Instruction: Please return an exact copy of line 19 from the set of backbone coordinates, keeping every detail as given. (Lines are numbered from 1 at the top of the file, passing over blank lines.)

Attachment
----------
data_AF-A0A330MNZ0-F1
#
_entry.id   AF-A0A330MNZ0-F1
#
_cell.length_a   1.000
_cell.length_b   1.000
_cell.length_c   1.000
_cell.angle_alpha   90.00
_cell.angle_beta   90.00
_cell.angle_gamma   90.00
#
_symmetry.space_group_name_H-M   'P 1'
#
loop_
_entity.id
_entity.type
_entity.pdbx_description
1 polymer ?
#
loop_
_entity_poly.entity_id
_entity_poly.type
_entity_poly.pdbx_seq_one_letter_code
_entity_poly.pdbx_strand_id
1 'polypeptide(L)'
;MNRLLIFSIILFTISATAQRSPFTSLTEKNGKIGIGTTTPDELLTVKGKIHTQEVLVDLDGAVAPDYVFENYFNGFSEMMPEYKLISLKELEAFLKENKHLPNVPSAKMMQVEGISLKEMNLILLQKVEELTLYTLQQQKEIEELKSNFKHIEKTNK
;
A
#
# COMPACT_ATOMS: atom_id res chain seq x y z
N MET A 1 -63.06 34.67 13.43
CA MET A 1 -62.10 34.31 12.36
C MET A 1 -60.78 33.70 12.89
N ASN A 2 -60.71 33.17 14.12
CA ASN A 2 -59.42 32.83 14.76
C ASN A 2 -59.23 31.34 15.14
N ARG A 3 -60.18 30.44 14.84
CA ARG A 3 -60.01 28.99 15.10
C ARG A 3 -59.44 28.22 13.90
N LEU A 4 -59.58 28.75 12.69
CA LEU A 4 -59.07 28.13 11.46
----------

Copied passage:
#